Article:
Miniature heart sent into space to understand how heart cells age


Five Belgian companies and research centres have jointly developed the AstroCardia project with the aim of gaining a better understanding of cardiac ageing. Their initiative plans to send a miniature artificial heart to the International Space Station (ISS) in 2025.

A miniature heart, the result of a Belgian consortium comprising Space Applications Services, SCK CEN from Mol, QbD Group, BIO INX and Antleron, will be created from human stem cells and exposed to the conditions of the space vacuum, where the ageing of the cardiovascular system accelerates.

To achieve their ambitious goal, the researchers will use 3D bioprinting to create a miniature heart model on a chip, surrounded by an artificial cardiovascular system. This task demands great precision, as it involves handling living stem cells that have to divide and organise themselves. A special gel called a "bio-ink" will enable the cells to survive after printing.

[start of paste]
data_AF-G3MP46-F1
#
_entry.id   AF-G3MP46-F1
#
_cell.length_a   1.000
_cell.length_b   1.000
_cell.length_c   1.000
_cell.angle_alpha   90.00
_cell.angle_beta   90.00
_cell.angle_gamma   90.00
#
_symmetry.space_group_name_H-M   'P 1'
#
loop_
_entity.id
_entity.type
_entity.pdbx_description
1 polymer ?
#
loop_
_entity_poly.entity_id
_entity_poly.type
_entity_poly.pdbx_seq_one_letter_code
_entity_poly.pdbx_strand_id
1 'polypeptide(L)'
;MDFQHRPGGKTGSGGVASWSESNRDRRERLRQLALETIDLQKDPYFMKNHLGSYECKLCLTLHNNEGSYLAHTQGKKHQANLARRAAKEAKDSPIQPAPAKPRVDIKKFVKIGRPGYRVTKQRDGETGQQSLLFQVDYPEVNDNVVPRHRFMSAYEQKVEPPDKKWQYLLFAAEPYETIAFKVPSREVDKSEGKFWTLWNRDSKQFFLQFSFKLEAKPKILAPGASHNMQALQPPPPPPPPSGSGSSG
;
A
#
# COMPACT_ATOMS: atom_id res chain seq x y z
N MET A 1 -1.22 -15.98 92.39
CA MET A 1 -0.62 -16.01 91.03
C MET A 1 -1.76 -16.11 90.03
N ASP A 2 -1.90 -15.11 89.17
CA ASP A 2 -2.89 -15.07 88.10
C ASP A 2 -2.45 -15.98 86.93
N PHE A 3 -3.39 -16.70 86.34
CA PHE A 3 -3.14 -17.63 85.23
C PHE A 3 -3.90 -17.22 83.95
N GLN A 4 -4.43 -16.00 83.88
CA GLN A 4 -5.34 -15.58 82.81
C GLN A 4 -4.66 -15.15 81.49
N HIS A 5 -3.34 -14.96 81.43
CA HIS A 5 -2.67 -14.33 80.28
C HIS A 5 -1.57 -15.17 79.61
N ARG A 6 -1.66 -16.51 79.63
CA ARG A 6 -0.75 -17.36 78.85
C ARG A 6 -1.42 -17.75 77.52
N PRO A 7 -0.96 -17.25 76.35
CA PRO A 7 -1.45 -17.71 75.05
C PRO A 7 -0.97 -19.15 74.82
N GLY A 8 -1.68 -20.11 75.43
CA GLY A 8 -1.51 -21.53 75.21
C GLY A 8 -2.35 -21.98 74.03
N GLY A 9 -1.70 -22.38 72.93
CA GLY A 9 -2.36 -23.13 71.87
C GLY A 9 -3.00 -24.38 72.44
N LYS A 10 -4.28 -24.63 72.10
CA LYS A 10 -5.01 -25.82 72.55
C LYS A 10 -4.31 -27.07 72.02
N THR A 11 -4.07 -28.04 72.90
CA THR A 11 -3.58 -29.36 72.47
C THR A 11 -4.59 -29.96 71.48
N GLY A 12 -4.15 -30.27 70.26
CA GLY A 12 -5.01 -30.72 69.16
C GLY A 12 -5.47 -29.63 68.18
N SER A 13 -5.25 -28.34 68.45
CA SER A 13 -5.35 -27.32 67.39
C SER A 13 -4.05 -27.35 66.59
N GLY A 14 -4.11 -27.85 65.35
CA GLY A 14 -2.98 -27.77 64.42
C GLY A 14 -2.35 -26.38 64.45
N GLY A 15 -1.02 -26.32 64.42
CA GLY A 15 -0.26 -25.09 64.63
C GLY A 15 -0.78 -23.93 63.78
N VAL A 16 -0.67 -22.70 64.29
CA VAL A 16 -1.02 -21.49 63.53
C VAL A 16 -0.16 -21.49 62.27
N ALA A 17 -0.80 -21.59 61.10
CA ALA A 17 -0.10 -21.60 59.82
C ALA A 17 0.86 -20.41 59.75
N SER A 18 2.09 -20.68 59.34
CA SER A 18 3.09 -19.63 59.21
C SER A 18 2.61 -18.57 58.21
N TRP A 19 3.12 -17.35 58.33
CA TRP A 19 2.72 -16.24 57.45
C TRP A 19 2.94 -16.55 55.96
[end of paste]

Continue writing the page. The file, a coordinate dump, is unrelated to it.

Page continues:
This AstroCardia project offers promising prospects for better understanding cardiovascular diseases and testing potential drugs. The ageing of the cardiovascular system is up to twenty times faster in space due to factors such as stress, microgravity and radiation, offering a unique research opportunity.

In 2025, crucial tests will therefore be carried out on this heart model on board the ISS for at least six weeks, with real-time monitoring. Back on Earth, the researchers will analyse the collected data in detail to gain a better understanding of cardiac ageing.

Let's hope that this ambitious Belgian project will lead to new medical breakthroughs!